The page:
Written by Peter CarterMarch 30, 2015
In September 2007, a 14 yr retired police officer – now security officer – was assaulted while on duty at a wedding reception at the Victoria Point Sharks Sporting Club.
On arrival, Shane Baillie went for a stroll around the club and noted one guest in particular on the dance floor who appeared to be inebriated.
He didn’t lay eyes on that guest until the party was leaving when he, in company with another, approached Baillie at the reception desk to shake his hands in “what appeared to be a friendly exchange”. Immediately after the handshake, the person-of-interest turned and viscously punched Baillie in the face, causing serious facial injuries.
Baillie claimed he had asked his employer Don Jackson to provide a second security officer, and that he initially refused to work solo until Jackson pleaded with him to do so.
His estimate of an uproarious wedding party of 120 to 150 guests was belied by other evidence that the court accepted showing there was only 80 present. The “very modest” wedding bar tab of $990 for 79 guests “was not even all used”!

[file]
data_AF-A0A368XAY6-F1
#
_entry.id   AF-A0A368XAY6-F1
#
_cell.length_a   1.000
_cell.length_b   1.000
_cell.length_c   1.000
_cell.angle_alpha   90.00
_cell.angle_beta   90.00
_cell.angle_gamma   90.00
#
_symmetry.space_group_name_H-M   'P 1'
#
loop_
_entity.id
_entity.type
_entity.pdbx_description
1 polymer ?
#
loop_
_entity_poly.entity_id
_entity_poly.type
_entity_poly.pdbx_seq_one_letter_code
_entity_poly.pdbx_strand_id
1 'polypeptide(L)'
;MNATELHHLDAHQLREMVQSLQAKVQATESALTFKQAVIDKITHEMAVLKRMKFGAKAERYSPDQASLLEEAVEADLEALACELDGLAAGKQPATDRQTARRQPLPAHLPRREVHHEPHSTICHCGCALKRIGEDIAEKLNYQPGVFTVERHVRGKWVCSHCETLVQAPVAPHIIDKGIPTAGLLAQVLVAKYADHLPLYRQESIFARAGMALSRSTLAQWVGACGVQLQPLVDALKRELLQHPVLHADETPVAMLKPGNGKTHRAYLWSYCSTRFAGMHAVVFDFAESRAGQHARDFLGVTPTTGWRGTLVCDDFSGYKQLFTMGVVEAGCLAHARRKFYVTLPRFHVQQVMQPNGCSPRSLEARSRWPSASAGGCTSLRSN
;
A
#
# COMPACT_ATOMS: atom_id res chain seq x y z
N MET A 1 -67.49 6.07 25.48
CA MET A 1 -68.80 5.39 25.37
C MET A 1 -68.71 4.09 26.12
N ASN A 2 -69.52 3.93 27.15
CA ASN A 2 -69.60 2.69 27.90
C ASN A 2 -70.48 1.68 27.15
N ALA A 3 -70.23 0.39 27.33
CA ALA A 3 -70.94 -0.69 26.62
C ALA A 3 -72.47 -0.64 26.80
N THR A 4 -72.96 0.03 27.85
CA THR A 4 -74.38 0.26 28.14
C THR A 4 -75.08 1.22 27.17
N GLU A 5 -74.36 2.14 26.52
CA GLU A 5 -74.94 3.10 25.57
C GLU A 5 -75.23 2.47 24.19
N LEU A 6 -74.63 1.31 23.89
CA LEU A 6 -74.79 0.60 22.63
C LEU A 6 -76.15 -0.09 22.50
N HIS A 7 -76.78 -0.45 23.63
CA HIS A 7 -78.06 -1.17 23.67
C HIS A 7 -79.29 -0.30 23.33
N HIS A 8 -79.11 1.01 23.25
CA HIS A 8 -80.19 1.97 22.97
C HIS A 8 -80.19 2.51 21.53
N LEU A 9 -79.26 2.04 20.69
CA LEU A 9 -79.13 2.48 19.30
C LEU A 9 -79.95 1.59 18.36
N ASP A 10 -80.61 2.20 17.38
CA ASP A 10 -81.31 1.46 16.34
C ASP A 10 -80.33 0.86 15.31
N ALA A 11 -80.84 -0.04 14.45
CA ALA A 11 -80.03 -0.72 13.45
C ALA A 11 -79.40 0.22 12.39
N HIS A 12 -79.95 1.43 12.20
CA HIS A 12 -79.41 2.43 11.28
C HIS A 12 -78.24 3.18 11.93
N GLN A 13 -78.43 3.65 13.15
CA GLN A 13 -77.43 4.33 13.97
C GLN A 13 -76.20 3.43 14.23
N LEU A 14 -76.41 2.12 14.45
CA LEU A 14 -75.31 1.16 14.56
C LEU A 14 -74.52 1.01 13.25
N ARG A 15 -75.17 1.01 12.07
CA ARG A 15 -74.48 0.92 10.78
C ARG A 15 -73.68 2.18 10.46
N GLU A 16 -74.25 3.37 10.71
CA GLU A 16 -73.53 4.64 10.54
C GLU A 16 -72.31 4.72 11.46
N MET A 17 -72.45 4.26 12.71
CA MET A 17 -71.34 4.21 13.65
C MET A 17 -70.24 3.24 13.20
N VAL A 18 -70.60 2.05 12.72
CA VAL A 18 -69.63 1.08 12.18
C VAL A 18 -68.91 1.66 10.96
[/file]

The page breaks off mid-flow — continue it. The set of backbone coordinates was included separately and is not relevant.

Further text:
His assertion that the club was “quite busy” was contradicted by other staff who said it was an unusually quiet Saturday night.
He sued Jackson and the club for failing to recruit a second security officer. Had there been a second officer, one of them – he claimed – would have stayed in the function room throughout the night.
Baillie’s evidentiary inconsistencies resulted in Judge John Mc Gill concluding his evidence was “not reliable” and the judge was “not prepared to accept his evidence, except in those cases where it is independently supported”.
In Baillie’s favour, the court accepted that if a reasonably careful operator of licensed premises would have provided more than one security officer, there was a breach of duty on their part.
However, Judge McGill was not persuaded that the presence of a second security officer would have prevented the assault.
“Even if reasonable care did require the presence of a second security officer, I am not persuaded that it probably would have made any difference, and therefore that omission was not a cause of the plaintiff’s injury.”
Baillie’s claim was dismissed and he was ordered to pay the costs of the other parties legal costs.